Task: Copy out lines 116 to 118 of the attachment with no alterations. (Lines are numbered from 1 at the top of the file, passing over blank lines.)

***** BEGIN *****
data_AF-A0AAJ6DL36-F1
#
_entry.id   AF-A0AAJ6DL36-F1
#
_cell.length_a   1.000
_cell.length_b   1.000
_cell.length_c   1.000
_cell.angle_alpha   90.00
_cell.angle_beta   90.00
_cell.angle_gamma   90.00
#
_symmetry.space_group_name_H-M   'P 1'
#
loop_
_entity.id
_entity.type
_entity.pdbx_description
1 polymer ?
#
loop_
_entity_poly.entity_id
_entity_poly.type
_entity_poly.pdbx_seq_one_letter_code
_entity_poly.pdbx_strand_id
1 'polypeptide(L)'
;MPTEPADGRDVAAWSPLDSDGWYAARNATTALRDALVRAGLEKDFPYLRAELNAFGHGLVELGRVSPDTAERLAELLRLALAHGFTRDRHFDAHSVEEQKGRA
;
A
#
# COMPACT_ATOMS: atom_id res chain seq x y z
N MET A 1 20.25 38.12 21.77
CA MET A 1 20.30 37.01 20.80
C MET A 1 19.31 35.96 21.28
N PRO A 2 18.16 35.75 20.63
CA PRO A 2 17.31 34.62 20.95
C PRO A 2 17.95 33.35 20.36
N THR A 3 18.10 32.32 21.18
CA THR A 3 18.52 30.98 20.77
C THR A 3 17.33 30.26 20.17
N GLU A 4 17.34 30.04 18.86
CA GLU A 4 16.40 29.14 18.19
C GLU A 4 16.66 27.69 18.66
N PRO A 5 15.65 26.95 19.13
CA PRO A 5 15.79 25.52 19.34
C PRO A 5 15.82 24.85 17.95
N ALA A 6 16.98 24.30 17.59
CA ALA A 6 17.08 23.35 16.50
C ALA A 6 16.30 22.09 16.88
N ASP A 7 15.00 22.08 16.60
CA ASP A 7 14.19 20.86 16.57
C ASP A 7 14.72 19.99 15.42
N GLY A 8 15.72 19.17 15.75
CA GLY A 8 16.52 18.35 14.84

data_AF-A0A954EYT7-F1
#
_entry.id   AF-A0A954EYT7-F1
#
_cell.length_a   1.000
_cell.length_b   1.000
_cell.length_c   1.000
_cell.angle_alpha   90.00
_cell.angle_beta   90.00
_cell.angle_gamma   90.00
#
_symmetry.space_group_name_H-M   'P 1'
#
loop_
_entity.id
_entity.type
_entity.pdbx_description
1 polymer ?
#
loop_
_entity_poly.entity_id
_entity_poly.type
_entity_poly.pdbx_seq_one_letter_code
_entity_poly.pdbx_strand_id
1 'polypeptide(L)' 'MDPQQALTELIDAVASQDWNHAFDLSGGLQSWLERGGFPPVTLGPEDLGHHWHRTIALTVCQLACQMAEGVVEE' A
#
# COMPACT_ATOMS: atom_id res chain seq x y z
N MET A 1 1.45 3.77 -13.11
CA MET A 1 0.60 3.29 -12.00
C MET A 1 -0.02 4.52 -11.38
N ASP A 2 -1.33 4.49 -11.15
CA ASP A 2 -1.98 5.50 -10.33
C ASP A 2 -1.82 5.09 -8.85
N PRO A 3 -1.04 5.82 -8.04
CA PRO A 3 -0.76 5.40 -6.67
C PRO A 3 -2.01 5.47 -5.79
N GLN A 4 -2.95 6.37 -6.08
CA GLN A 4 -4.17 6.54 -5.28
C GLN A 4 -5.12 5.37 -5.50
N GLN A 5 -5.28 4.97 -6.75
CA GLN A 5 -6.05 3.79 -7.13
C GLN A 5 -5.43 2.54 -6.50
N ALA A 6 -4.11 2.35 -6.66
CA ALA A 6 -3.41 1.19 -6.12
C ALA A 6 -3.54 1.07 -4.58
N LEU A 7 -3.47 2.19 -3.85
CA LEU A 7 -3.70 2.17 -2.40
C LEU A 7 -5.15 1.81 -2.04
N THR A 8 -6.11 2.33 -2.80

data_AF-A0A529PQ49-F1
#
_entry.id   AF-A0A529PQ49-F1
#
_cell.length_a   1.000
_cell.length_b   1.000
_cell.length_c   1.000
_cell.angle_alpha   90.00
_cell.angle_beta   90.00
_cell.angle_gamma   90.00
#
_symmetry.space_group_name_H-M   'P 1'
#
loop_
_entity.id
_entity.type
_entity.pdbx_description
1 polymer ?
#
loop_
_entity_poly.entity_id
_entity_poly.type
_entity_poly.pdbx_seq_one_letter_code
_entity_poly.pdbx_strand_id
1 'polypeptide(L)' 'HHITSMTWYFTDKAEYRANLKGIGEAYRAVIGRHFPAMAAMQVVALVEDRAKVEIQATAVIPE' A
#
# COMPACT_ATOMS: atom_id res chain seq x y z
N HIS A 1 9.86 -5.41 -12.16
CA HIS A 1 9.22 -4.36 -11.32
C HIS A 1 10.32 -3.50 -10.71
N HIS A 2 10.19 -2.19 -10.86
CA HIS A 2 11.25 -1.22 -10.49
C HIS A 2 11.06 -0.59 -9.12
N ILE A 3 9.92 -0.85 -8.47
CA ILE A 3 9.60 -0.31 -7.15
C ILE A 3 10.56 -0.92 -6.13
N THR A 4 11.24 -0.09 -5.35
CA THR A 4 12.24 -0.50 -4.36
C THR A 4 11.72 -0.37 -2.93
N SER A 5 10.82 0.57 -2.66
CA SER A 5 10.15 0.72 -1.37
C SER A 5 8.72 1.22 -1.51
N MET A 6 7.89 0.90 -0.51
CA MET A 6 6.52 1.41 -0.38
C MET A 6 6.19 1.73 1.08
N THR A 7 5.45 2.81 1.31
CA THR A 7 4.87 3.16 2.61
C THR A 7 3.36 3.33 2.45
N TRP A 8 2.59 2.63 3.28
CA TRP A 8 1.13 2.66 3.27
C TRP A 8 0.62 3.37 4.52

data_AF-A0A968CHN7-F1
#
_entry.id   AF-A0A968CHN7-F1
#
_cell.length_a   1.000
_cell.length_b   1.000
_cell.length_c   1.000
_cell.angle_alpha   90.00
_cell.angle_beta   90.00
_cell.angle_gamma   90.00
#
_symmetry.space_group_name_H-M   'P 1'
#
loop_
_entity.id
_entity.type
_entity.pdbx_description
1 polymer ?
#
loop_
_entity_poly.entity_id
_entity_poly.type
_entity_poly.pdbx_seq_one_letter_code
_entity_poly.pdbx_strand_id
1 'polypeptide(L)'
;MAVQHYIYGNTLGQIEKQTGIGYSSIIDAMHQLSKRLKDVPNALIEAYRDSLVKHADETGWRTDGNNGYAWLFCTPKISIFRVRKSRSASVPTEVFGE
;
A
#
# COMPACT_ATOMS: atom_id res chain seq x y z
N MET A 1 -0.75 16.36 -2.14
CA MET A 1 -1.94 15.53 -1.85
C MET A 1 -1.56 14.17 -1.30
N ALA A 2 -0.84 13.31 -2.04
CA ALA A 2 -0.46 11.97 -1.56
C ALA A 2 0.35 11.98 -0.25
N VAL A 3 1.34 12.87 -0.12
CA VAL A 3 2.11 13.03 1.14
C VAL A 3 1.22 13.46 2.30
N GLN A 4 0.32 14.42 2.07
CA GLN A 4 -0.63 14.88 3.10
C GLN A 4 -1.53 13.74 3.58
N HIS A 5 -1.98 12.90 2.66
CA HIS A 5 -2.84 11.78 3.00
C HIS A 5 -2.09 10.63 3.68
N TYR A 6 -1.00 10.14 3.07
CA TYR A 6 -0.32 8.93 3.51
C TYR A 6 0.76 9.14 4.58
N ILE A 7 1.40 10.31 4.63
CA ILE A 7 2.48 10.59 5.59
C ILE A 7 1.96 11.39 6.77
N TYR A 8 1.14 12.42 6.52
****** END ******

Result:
loop_
_entity.id
_entity.type